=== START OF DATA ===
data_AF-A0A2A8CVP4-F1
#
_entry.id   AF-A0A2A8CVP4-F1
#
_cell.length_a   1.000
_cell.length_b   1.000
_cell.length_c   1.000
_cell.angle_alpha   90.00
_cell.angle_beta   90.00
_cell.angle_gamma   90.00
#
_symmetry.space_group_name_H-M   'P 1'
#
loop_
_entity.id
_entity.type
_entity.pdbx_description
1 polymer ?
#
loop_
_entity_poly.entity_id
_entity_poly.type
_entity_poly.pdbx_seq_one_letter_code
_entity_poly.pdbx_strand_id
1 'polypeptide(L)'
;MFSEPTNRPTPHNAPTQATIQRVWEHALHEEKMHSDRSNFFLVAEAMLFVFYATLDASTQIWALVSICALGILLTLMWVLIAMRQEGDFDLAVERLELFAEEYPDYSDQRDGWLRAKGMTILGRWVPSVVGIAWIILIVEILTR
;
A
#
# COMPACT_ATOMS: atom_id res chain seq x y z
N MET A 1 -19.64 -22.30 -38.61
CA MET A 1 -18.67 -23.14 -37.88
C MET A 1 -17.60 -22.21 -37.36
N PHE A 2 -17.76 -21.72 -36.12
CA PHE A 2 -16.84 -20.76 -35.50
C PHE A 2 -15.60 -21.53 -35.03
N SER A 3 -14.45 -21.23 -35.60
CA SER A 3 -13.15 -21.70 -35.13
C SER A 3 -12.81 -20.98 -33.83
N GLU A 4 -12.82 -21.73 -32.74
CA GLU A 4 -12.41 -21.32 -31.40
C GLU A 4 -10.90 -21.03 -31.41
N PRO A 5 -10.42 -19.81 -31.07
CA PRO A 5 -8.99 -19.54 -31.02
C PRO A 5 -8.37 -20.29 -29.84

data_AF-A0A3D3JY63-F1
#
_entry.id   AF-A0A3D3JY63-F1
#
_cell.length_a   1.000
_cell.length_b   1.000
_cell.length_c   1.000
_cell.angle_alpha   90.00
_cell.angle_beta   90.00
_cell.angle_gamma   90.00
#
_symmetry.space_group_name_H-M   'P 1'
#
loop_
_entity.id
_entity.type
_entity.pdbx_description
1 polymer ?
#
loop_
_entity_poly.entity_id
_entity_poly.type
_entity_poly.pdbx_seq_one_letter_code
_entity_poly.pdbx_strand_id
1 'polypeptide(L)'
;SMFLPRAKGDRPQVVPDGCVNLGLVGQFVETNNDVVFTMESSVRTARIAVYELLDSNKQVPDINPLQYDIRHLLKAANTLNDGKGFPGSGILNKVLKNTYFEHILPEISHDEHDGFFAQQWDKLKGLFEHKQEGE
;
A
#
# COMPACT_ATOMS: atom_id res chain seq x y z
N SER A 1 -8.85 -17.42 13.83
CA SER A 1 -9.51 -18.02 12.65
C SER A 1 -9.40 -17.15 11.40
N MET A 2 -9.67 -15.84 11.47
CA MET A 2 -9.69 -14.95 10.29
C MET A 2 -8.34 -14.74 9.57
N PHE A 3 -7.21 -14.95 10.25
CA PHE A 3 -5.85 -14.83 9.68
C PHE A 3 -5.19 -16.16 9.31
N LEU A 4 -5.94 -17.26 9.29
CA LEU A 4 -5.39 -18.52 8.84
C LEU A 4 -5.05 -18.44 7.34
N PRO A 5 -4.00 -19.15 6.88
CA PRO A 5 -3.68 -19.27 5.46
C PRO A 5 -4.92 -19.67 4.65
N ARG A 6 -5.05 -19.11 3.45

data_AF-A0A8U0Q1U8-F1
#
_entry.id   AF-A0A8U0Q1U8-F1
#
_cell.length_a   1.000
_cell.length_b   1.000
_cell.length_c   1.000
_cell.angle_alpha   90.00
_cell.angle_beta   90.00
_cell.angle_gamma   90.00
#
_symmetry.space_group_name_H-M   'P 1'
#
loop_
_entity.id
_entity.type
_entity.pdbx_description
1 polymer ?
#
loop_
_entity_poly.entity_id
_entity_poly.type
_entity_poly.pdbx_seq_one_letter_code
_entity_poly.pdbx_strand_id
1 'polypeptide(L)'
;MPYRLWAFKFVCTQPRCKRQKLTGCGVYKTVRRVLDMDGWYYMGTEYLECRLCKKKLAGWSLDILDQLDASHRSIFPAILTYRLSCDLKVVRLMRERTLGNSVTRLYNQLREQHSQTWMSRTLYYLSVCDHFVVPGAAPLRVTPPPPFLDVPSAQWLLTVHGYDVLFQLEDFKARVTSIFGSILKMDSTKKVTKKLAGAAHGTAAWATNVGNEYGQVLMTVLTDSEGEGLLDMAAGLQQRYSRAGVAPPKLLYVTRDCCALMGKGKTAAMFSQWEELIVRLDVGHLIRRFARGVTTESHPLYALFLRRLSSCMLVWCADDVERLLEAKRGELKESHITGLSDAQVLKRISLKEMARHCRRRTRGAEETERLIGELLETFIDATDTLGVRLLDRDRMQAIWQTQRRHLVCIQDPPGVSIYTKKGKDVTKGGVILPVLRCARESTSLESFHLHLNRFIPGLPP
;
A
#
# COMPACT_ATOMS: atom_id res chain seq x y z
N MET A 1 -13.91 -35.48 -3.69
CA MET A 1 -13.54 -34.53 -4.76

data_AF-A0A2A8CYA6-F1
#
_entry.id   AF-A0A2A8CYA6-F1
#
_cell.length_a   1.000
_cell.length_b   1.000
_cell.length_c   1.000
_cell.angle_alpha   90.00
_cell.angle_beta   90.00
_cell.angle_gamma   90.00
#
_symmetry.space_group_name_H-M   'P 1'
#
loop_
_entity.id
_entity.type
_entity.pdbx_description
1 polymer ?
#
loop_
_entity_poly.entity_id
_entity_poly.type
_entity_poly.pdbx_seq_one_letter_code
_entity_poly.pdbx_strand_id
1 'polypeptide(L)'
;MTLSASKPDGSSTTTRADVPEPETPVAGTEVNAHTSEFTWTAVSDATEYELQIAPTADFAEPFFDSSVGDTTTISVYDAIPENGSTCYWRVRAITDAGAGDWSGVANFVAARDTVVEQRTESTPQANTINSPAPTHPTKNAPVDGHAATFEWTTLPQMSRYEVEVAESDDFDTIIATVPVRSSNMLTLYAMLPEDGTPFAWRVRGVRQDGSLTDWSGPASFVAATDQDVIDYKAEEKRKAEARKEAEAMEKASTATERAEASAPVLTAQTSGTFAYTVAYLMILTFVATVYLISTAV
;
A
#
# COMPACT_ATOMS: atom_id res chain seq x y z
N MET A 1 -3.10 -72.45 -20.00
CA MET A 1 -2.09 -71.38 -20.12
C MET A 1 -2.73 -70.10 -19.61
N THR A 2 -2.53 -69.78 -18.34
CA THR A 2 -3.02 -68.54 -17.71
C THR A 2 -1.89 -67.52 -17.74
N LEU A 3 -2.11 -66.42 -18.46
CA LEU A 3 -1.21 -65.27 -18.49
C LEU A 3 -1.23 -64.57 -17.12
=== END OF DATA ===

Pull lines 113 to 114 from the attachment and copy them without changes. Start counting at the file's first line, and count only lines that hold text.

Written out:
_entity_poly.type
_entity_poly.pdbx_seq_one_letter_code